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DIY simple GU81 Tube Hybrid Amplifier (130 watts RMS in A class)

June 24, 2023 by Mirko Pavleski

The amplifier described in this project is "Hybrid", but now the case is reversed and the Tube is used at the output, thus preserving all the positive features of a pure Tube Amplifier.

 Tube amplifiers are highly respected by audiophiles for their distinctive sound as well as their esoteric appearance. However, their construction is relatively complex, especially in the part of power supply and output audio transformer. For these reasons, often are made so-called "Hybrid" audio Amplifiers in which the input preamplifier part is made with Tubes, and the output part is usually made with MOSFET transistors due to their high internal resistance, similar to Tubes. Thus the distortions of the even harmonics, which are in fact the reason for the colored warm sound of the Tube amplifiers, are amplified by the output transistor stage. But unfortunately these positive distortions occur most often in the output stage of the Tube amplifiers, so the aforementioned Hybrid amplifiers do not have very similar characteristics to the Tube amplifiers.

 The amplifier described in this project is also Hybrid but now the case is reversed and the Tube is used at the output, thus preserving all the positive features of a pure Tube Amplifier. Russian big power pentode (transmitter tube) GU81 is used at the output, which can still be easily bought in the countries of the former Eastern Block. 

Supposedly this tube in this connection (SE) should bring 130 watts RMS as pure Class A. The circuit was presented by M. Anders( in 2011, but I could not find any data on whether anyone made it and it works well. It is basically very simple and consists of components that we can have, or can be very easily found, with the exception of the output audio transformer. Luckily I had such a transformer taken of an old 50 watt Dynacord instrumental amplifier. 

In order to simplify the project even more, I used some ready-made modules. In the following, I will describe in more detail the construction of this amplifier.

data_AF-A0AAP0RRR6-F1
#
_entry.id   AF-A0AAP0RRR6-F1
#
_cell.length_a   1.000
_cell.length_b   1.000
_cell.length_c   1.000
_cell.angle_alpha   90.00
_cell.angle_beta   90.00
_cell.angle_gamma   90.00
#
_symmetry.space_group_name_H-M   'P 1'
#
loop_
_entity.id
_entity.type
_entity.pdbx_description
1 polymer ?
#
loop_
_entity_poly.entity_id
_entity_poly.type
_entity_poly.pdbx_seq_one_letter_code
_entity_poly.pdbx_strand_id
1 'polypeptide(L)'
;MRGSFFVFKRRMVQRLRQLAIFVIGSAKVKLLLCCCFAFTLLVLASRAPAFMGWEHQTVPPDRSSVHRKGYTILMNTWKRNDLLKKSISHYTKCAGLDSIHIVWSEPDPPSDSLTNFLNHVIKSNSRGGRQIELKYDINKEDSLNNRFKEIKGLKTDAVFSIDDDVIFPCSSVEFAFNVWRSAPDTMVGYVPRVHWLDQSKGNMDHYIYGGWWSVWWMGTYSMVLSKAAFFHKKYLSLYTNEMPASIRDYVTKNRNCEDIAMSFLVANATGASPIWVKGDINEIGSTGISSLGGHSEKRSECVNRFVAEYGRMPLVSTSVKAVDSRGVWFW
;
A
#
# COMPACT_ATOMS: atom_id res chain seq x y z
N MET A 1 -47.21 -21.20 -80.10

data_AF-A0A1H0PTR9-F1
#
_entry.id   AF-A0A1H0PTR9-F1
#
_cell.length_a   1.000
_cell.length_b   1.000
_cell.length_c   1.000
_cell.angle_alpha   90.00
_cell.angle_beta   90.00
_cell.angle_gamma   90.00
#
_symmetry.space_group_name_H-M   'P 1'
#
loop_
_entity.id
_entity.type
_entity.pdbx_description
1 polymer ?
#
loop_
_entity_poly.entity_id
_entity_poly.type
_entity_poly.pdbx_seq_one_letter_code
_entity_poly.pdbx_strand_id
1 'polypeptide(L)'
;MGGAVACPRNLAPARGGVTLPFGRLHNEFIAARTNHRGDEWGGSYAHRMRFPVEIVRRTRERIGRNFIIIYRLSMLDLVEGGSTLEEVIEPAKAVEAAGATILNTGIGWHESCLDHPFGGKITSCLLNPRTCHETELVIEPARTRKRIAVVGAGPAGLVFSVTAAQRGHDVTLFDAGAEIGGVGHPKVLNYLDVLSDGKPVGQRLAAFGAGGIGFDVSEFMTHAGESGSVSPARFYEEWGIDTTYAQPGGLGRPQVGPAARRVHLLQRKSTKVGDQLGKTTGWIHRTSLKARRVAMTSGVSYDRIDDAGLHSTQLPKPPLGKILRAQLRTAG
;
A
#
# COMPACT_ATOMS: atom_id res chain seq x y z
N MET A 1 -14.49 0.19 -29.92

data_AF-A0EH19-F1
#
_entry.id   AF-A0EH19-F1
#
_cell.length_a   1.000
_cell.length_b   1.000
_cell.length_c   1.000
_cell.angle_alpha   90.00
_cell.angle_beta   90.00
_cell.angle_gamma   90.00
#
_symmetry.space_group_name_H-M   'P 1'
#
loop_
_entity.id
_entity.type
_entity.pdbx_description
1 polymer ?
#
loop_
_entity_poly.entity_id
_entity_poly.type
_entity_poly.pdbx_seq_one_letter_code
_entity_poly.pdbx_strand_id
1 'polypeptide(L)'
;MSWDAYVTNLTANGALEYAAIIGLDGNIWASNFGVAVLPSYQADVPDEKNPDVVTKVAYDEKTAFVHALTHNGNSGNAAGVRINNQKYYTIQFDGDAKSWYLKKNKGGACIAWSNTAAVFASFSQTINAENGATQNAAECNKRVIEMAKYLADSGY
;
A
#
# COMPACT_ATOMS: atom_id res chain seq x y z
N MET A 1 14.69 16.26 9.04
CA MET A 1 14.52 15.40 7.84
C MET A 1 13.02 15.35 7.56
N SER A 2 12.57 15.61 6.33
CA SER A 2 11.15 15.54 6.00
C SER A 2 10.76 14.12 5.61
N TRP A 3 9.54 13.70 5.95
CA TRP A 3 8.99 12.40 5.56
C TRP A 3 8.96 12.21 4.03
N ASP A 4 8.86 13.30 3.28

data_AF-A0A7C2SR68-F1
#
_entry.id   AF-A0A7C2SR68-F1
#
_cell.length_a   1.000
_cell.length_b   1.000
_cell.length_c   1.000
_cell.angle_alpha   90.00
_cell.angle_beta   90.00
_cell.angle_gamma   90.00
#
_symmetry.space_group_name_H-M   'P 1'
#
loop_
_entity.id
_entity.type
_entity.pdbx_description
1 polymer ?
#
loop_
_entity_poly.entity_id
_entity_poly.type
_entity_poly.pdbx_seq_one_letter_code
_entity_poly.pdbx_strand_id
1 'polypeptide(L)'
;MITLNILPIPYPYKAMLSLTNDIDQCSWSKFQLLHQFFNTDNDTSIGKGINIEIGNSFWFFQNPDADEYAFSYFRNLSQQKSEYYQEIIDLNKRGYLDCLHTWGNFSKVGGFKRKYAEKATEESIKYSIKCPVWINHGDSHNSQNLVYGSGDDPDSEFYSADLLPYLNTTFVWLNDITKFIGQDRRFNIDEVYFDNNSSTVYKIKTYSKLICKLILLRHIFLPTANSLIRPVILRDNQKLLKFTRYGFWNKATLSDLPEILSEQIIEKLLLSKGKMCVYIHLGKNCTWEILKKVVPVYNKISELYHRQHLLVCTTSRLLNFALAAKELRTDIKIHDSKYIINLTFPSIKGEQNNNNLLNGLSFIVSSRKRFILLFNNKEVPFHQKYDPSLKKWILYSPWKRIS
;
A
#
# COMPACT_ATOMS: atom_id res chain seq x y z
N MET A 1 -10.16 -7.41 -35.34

GU81 for heating uses 12 volts 10.5 Amps. For that purpose, the simplest way is to use cheap power supply from PC, and in my case it is power supply from old server PC. To extend the service life of the Tube, a series resistor of 2.2 Ohms / 10 Watts is used, which is bridged after twenty seconds from the moment of activation of the power supply. This avoids the shock of a sudden current impact.

  The next part is the anode power supply of Tube. For this purpose, a microwave oven transformer is used, which is relatively inexpensive and can be easily purchased at a service center. 

These transformers are not intended for long-term continuous operation, so it is desirable to use two such transformers to which both the primary and the secondary are connected in series, as shown on the circuit.

In both cases the output voltage is about 2.2 kilovolts. I use one transformer because I only use this amplifier during this presentation.

  Follows the Graetz Bridge. Since it is very difficult to find such a component for very high voltage, I made it as follows:

 Each branch of the Gertz Bridge consists of 5 series connected diodes of type 1n4007 so that the total breakdown voltage of the equivalent Diode is 5000V which is quite enough for this case.

 Voltage filtering is performed with eight serially connected electrolytic capacitors for high voltage of 400 Volts, and on each capacitor is connected а parallel resistor of 470 Kohms, which are used to discharge capacitors after shutdown.